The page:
You, and every person over the age of 18, need two powers of attorney. A power of attorney names a trusted helper to act on your behalf when you are unable to do so yourself. The Financial Power of Attorney The financial power of attorney authorizes your trusted helper to sign your name and conduct business on your behalf should you become incapacitated. Your trusted helper is called an “agent” or “attorney in fact,” depending on state law. It is wise to name a succession of agents in … [Read more...] about You Need Two Powers of Attorney
As the New Year looms, many folks include among their resolutions creating or updating their estate plans. What is often not appreciated are the number of issues that should be considered and addressed in one's estate plan. It’s important to take time to handle these issues so that you’re protected throughout your lifetime as well as after you die. Many people don’t take the time to fully think about their individual estate planning needs. Take a look at the information below to better … [Read more...] about New Year Resolution: Review Your Estate Plan (part 1 of 2)
Estate planning is important for everyone; however, it cam be even more important for members of the LGBTQ community. Because of the unique, and often varied, legal position that a partner has among the states, estate planning is of particular importance in order to ensure that your partner is provided for in the event of your death, and recognized in the event of your incapacity. While each situation is unique, consider incorporating the following tools into your estate plan: Last Will and … [Read more...] about Important Estate Planning Tools for the LGBTQ Community
An estate plan is an important part of one’s plan for the future. Many realize that they need the assistance of an experienced and qualified attorney to assist them in their efforts. Unfortunately, some folks will cut corners in their estate planning efforts in an effort to save a few bucks or because they think they are as smart as or smarter than their estate planning lawyer when it comes to drafting documents or both. Even with persons who were prudent enough to have their original plans … [Read more...] about Where Do It Yourself = Do It Wrong
We are often asked by prospective clients: “Do I need an estate plan?” This is particularly the case for folks under 40 or 50, who just can’t imagine themselves dead or incapacitated. We are also often asked about planning by our clients who have adult children with assets and children of their own. As we all know, we can't and don’t know the future. Should a premature death or disability occur due to an unexpected injury or illness, having an appropriate plan in place will reduce needless … [Read more...] about Do I Need an Estate Plan? I’m Not That Old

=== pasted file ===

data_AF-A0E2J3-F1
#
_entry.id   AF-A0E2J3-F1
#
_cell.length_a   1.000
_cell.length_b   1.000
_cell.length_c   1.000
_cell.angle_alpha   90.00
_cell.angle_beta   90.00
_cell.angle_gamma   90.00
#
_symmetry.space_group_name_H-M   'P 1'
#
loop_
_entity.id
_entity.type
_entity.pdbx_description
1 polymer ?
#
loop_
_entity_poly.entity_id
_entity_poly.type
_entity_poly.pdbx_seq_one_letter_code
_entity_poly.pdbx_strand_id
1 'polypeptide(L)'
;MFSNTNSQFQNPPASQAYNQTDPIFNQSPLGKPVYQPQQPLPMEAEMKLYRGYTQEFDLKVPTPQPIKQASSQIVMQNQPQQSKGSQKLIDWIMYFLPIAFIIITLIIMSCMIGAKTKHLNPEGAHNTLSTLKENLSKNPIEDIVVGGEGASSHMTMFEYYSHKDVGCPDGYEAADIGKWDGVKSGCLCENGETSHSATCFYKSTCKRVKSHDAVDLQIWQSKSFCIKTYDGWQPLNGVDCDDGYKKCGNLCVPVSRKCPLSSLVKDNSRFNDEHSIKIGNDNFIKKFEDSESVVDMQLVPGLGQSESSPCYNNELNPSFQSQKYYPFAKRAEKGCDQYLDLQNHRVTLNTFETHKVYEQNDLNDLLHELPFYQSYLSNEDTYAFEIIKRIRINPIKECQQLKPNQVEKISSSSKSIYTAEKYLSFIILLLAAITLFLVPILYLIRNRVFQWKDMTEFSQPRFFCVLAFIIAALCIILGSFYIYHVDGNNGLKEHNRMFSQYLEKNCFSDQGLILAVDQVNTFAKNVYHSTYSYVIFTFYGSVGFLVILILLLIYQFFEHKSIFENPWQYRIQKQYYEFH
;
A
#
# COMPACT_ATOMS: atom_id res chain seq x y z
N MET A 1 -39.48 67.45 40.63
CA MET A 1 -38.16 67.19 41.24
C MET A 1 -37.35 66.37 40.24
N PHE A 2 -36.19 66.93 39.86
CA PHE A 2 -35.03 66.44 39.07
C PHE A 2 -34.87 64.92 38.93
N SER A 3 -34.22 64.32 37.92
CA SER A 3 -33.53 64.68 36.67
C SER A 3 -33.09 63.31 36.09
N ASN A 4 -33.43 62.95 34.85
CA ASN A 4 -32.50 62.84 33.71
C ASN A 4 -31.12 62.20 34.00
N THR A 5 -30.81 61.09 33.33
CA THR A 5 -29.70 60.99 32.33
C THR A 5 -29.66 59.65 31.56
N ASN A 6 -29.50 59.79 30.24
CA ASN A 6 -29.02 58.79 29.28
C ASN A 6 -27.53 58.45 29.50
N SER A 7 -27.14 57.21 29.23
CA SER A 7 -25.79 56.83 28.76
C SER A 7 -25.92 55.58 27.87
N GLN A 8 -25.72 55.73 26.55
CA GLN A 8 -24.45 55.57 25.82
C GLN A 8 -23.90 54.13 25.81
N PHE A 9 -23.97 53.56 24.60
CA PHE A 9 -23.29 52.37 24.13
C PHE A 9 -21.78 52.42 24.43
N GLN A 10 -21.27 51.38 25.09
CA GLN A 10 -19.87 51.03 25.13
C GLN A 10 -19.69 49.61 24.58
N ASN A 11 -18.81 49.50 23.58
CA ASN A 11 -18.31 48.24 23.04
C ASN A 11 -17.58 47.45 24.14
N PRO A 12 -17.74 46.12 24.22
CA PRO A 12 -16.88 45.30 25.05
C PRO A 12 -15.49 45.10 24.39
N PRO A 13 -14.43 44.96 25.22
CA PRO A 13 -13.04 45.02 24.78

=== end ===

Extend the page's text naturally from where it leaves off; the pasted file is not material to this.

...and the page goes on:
While most people hate to think about illness, disability and death, it is a part of life. When you are least expecting it, you or a loved on can become seriously ill. It is best to plan for these scenarios ahead of time. Consider the following: Who will take care of me when I become seriously ill? How will I be able to take care of my finances and pay my bills? Who will care for my children? Will I be able to afford an illness? Do I want to be on life support? Who will … [Read more...] about Plan for an Unexpected Disability
If you’re considering including incapacity planning in your estate plan (and you definitely should be), it’s important that you understand the use of the different available legal documents. A comprehensive estate plan will allow you to have the best plan in place so that your needs are always met. Did you know…? An advance health care directive is a document that allows you to spell out your wishes regarding end of life treatments and procedures. Many people use their advance health … [Read more...] about Incapacity Planning: Medical Issues
In California, a “conservator of the person” is the individual who makes general welfare, health care, educational, and life-style decisions for an incapacitated adult. An adult may become incapacitated due to dementia, disease, or disorder. In some other states, this person is called a guardian. However, as noted below, in California, a guardian is the person appointed in connection with a minor (under 18) child. Examples of decisions would be where someone lives and what medical … [Read more...] about What is the difference between a “Conservator” and a “Guardian”?
The terms conservator and guardian vary in their usage from state to state. In California, they have specific and different meanings. Let's explore them. A “conservator of the person” is the individual who makes general welfare, health care, educational, and life-style decisions for an incapacitated adult. An adult may become incapacitated due to dementia, disease, or disorder. Examples of decisions would be where someone lives and what medical treatment he or she receives. In … [Read more...] about Differences Between a “Conservator” and a “Guardian”
Advance health care directives are the medical portion of a California estate plan. They typically include the designation of a health care agent, a statement of wishes concerning end of life care (commonly called a living will), instructions concerning organ donation and provisions for the disposition of remains. You can also add any other medical instructions you so desire. In other states, such documents are called durable powers of attorney for health care and directives to physicians, … [Read more...] about What is a California Advance Health Care Directives?